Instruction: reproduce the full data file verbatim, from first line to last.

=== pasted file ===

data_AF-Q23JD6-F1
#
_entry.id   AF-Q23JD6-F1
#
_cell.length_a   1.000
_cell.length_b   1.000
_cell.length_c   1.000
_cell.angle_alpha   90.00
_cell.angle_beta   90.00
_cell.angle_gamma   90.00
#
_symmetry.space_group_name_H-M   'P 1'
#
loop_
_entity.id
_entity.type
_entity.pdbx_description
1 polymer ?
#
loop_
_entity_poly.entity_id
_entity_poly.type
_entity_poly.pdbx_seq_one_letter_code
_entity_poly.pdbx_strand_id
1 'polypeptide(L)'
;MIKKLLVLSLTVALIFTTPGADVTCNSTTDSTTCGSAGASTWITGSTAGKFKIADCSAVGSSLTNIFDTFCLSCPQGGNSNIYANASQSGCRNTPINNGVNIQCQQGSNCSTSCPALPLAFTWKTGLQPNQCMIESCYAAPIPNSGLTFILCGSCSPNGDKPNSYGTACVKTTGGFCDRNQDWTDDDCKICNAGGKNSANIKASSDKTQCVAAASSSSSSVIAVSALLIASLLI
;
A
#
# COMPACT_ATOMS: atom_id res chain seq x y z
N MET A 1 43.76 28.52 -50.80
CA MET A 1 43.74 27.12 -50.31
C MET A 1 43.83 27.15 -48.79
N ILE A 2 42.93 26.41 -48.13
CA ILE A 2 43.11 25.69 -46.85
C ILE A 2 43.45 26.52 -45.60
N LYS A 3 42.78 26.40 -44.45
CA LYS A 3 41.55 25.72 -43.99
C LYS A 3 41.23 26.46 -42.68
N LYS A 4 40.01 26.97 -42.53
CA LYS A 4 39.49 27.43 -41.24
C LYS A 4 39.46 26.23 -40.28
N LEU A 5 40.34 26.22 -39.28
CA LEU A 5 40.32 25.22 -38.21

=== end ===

data_AF-Q23JD6-F1
#
_entry.id   AF-Q23JD6-F1
#
_cell.length_a   1.000
_cell.length_b   1.000
_cell.length_c   1.000
_cell.angle_alpha   90.00
_cell.angle_beta   90.00
_cell.angle_gamma   90.00
#
_symmetry.space_group_name_H-M   'P 1'
#
loop_
_entity.id
_entity.type
_entity.pdbx_description
1 polymer ?
#
loop_
_entity_poly.entity_id
_entity_poly.type
_entity_poly.pdbx_seq_one_letter_code
_entity_poly.pdbx_strand_id
1 'polypeptide(L)'
;MIKKLLVLSLTVALIFTTPGADVTCNSTTDSTTCGSAGASTWITGSTAGKFKIADCSAVGSSLTNIFDTFCLSCPQGGNSNIYANASQSGCRNTPINNGVNIQCQQGSNCSTSCPALPLAFTWKTGLQPNQCMIESCYAAPIPNSGLTFILCGSCSPNGDKPNSYGTACVKTTGGFCDRNQDWTDDDCKICNAGGKNSANIKASSDKTQCVAAASSSSSSVIAVSALLIASLLI
;
A
#
# COMPACT_ATOMS: atom_id res chain seq x y z
N MET A 1 43.76 28.52 -50.80
CA MET A 1 43.74 27.12 -50.31
C MET A 1 43.83 27.15 -48.79
N ILE A 2 42.93 26.41 -48.13
CA ILE A 2 43.11 25.69 -46.85
C ILE A 2 43.45 26.52 -45.60
N LYS A 3 42.78 26.40 -44.45
CA LYS A 3 41.55 25.72 -43.99
C LYS A 3 41.23 26.46 -42.68
N LYS A 4 40.01 26.97 -42.53
CA LYS A 4 39.49 27.43 -41.24
C LYS A 4 39.46 26.23 -40.28
N LEU A 5 40.34 26.22 -39.28
CA LEU A 5 40.32 25.22 -38.21